If you didn’t know this Cobble Hill space was an old TV repair store until just a couple months ago, you would think new gastro pub Henry Public had been here forever. Past an antique bar, refurbished gas lamps and black and white photos of Frederick Douglass and the old Brooklyn Eagle headquarters hang in the dining room, where the wood paneling and marble fireplace date the room to sometime around the turn of the last century. But this carefully curated mix is actually the result of years of scavenging by owners Jen Albano and Matt Dawson, also the team behind the Brooklyn Social Club, who’ve created an old-timey bar and restaurant that actually feels authentic.
Though it opened just a couple weeks ago, the place was already packed with a mostly local crowd on a recent weekend night. Many were there for the drinks: pre-Prohibition cocktails involving things like egg whites and obscure liqueurs. While the artistry behind this trend is laudable, restauranteurs are neglecting a key fact when they come up with such complex drinks for a crowded bar: it takes a long time to make them! So the wait at the bar can be long while the bartenders are whisking and blending away.
If you have the patience for the slow drinks movement, seemingly a corollary to the slow food movement, you’ll be rewarded with a nicely balanced concoction like the Brooklyn Ferry ($11), which mixes rye whiskey with vermouth, maraschino, and absinthe.
The Public Smash ($10) takes the beginnings of a mint julep and adds maple syrup and bitters for a northern twist. Or cut to the chase with a local Six Point beer – Henry Public has several varieties on tap.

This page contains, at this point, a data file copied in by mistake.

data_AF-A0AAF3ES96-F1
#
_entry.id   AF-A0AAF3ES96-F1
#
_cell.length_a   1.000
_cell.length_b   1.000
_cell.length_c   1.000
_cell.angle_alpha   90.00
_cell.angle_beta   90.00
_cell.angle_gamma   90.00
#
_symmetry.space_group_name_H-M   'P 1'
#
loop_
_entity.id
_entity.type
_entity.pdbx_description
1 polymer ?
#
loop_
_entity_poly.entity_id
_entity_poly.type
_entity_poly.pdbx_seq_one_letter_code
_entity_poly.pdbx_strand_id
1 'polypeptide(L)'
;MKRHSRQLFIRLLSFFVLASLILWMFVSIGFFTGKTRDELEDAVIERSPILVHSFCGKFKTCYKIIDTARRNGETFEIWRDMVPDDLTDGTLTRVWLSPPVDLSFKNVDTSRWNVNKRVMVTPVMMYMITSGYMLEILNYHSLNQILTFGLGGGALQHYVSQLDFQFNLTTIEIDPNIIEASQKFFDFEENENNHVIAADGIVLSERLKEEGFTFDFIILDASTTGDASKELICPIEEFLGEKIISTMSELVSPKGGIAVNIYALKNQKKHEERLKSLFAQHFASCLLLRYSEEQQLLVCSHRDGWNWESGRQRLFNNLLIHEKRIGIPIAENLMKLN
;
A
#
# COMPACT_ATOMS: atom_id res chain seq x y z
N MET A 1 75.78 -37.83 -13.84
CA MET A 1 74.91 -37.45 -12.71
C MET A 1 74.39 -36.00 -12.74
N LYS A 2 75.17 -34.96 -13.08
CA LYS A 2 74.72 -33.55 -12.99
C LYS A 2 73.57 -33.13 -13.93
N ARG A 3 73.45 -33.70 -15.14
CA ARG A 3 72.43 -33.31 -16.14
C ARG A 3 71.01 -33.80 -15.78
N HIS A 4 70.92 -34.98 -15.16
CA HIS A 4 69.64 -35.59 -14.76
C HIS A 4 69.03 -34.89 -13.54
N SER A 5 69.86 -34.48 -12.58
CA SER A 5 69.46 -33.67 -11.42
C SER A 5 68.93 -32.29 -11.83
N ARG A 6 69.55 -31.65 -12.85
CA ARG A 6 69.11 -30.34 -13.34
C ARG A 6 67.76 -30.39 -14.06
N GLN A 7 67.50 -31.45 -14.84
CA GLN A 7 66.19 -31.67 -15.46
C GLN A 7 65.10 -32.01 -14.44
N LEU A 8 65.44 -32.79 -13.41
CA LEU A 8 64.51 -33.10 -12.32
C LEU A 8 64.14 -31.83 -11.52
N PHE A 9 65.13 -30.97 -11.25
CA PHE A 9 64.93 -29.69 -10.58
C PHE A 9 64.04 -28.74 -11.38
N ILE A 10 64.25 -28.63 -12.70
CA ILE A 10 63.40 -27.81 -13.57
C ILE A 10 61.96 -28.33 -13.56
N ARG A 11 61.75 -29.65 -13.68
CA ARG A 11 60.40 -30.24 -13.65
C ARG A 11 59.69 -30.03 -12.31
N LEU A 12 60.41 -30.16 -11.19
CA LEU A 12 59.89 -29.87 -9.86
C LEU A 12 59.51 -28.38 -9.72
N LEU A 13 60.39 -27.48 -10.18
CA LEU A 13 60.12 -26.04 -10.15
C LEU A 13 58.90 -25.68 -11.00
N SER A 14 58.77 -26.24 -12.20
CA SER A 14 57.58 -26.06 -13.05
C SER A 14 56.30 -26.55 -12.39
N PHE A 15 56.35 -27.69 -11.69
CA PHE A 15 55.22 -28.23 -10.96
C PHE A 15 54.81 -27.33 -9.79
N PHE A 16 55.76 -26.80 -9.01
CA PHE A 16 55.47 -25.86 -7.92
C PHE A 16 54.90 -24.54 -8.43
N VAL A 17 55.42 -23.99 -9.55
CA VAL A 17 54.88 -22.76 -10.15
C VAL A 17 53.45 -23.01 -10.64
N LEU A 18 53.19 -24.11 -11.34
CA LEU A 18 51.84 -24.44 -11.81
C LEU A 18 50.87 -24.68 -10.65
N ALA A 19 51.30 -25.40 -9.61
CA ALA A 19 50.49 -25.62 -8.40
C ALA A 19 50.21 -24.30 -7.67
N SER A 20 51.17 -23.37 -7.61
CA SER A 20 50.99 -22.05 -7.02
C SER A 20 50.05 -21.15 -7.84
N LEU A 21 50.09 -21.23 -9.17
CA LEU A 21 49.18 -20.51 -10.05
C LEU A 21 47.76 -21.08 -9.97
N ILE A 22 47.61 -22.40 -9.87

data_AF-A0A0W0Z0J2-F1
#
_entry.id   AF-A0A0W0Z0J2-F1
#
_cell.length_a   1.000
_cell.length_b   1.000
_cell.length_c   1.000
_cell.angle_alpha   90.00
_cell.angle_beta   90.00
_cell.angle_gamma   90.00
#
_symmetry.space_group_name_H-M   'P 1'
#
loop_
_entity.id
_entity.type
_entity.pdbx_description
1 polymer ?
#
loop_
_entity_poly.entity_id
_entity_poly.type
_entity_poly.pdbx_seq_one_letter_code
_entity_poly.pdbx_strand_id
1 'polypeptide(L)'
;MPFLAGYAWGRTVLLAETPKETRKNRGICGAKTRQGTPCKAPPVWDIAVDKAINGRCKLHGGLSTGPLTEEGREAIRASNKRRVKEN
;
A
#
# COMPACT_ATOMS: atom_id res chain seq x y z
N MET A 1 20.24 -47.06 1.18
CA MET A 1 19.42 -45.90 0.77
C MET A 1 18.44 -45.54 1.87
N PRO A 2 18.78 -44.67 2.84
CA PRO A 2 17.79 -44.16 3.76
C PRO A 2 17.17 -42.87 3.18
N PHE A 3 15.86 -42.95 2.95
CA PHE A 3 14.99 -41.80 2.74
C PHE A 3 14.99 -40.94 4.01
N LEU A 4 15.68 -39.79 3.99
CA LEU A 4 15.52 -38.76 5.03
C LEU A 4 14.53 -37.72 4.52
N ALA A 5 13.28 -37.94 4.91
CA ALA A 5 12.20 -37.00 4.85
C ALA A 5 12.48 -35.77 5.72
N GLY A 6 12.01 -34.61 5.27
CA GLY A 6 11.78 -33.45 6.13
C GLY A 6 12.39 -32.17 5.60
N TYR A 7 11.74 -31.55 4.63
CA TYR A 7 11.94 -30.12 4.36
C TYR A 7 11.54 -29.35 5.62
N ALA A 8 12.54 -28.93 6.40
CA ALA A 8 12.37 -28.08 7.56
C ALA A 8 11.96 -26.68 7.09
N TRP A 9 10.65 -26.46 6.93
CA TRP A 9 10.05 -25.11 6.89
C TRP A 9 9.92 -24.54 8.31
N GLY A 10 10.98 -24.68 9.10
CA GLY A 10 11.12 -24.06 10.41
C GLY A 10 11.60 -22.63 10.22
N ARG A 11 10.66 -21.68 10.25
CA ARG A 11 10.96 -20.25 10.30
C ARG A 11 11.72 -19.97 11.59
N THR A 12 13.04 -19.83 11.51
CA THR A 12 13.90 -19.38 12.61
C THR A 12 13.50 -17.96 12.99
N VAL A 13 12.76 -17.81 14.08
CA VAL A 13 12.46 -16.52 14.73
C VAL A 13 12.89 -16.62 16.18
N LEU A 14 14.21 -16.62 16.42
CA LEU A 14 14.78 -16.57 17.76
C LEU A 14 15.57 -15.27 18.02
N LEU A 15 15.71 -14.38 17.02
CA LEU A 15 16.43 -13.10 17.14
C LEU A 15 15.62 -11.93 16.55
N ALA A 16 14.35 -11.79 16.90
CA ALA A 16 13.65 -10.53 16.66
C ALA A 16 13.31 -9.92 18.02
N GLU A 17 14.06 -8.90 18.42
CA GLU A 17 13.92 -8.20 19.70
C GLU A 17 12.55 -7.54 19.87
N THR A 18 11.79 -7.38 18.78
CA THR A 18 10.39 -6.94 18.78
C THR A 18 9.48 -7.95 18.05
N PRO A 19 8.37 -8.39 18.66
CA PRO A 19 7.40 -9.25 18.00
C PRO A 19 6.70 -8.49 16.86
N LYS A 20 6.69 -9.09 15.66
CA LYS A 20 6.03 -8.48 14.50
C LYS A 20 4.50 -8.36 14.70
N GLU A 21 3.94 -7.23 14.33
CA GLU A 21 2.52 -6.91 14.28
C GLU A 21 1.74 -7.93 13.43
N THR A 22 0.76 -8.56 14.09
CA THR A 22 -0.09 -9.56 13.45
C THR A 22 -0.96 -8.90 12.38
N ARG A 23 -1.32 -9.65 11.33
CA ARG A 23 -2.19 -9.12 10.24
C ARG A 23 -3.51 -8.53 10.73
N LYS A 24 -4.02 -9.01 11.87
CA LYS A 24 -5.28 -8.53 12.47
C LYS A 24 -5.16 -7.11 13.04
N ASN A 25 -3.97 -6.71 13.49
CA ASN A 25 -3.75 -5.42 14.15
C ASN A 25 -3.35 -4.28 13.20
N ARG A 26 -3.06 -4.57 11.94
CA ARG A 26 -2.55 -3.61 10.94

For a place that must make the majority of its earnings from the bar, Henry Public puts an impressive amount of effort into the food. Though the menu is small, with just burgers and sandwiches for entrees, everything we tried was consistently good, and everything’s in keeping with the old fashioned feel, right down to the New York egg cream. The still slightly chewy, very fresh almonds ($3) are smoked in house and have a racy kick of cayenne to them.
There was something curiously fruity about the mignonette sauce accompanying the luscious oysters from Pemaquid, ME. Granny Smith apples seem to be minced in with the shallots for a wonderfully autumnal taste. Apples and shallots go beautifully together, it turns out, and they go even better with East Coast oysters at the height of the season.
Granny Smith apples appeared again in the grilled cheese sandwich, where they were thinly sliced and layered in with the melted cheese, giving a new snap to an old classic.
The char on the bun and the excellent cheddar added complexity to Henry Public’s burger, which is of the steaky school of burgers, made of meat that was aged but juicy. The fries that came alongside were some of the best in Brooklyn, with a salty crunch that gave way to a soft potato interior. Pickles are also made in house.
Please don’t go to Henry Public. We want to keep it for ourselves. But if you must visit this cool but cozy neighborhood spot, at least save us a seat at the bar.
329 Henry Street, between Atlantic and Pacific Streets
Cash only. Dinner til 3am Fri-Sat.